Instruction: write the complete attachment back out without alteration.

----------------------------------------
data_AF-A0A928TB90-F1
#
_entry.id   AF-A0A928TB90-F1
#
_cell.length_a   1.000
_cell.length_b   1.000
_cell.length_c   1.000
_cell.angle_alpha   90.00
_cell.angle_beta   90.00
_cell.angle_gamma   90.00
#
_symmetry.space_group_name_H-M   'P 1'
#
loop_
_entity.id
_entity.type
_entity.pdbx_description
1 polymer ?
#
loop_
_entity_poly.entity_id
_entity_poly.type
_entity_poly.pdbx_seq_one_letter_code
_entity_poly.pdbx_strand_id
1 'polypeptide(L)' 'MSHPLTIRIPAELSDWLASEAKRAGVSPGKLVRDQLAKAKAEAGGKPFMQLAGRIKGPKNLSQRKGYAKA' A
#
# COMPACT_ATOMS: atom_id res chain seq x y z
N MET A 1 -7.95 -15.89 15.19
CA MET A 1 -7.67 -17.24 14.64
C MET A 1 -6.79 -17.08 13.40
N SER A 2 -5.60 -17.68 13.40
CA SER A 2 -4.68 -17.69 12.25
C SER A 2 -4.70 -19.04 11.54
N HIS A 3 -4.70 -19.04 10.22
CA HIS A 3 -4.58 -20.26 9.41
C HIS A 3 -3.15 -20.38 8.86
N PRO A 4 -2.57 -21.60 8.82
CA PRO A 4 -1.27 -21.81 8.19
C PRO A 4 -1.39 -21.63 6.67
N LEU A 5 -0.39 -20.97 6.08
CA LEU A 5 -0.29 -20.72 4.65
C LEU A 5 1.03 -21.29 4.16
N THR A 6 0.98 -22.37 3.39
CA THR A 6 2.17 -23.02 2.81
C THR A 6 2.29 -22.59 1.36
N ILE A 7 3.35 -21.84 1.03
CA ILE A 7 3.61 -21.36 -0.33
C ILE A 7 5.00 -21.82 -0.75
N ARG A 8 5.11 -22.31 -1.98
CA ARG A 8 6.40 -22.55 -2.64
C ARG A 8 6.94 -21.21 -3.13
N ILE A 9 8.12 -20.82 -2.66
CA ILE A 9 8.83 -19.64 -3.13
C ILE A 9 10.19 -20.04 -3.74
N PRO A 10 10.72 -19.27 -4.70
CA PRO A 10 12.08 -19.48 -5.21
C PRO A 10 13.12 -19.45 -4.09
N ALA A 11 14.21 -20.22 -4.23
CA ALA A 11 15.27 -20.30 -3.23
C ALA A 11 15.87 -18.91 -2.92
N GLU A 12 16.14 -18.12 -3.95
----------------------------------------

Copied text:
data_AF-A0A928TB90-F1
#
_entry.id   AF-A0A928TB90-F1
#
_cell.length_a   1.000
_cell.length_b   1.000
_cell.length_c   1.000
_cell.angle_alpha   90.00
_cell.angle_beta   90.00
_cell.angle_gamma   90.00
#
_symmetry.space_group_name_H-M   'P 1'
#
loop_
_entity.id
_entity.type
_entity.pdbx_description
1 polymer ?
#
loop_
_entity_poly.entity_id
_entity_poly.type
_entity_poly.pdbx_seq_one_letter_code
_entity_poly.pdbx_strand_id
1 'polypeptide(L)' 'MSHPLTIRIPAELSDWLASEAKRAGVSPGKLVRDQLAKAKAEAGGKPFMQLAGRIKGPKNLSQRKGYAKA' A
#
# COMPACT_ATOMS: atom_id res chain seq x y z
N MET A 1 -7.95 -15.89 15.19
CA MET A 1 -7.67 -17.24 14.64
C MET A 1 -6.79 -17.08 13.40
N SER A 2 -5.60 -17.68 13.40
CA SER A 2 -4.68 -17.69 12.25
C SER A 2 -4.70 -19.04 11.54
N HIS A 3 -4.70 -19.04 10.22
CA HIS A 3 -4.58 -20.26 9.41
C HIS A 3 -3.15 -20.38 8.86
N PRO A 4 -2.57 -21.60 8.82
CA PRO A 4 -1.27 -21.81 8.19
C PRO A 4 -1.39 -21.63 6.67
N LEU A 5 -0.39 -20.97 6.08
CA LEU A 5 -0.29 -20.72 4.65
C LEU A 5 1.03 -21.29 4.16
N THR A 6 0.98 -22.37 3.39
CA THR A 6 2.17 -23.02 2.81
C THR A 6 2.29 -22.59 1.36
N ILE A 7 3.35 -21.84 1.03
CA ILE A 7 3.61 -21.36 -0.33
C ILE A 7 5.00 -21.82 -0.75
N ARG A 8 5.11 -22.31 -1.98
CA ARG A 8 6.40 -22.55 -2.64
C ARG A 8 6.94 -21.21 -3.13
N ILE A 9 8.12 -20.82 -2.66
CA ILE A 9 8.83 -19.64 -3.13
C ILE A 9 10.19 -20.04 -3.74
N PRO A 10 10.72 -19.27 -4.70
CA PRO A 10 12.08 -19.48 -5.21
C PRO A 10 13.12 -19.45 -4.09
N ALA A 11 14.21 -20.22 -4.23
CA ALA A 11 15.27 -20.30 -3.23
C ALA A 11 15.87 -18.91 -2.92
N GLU A 12 16.14 -18.12 -3.95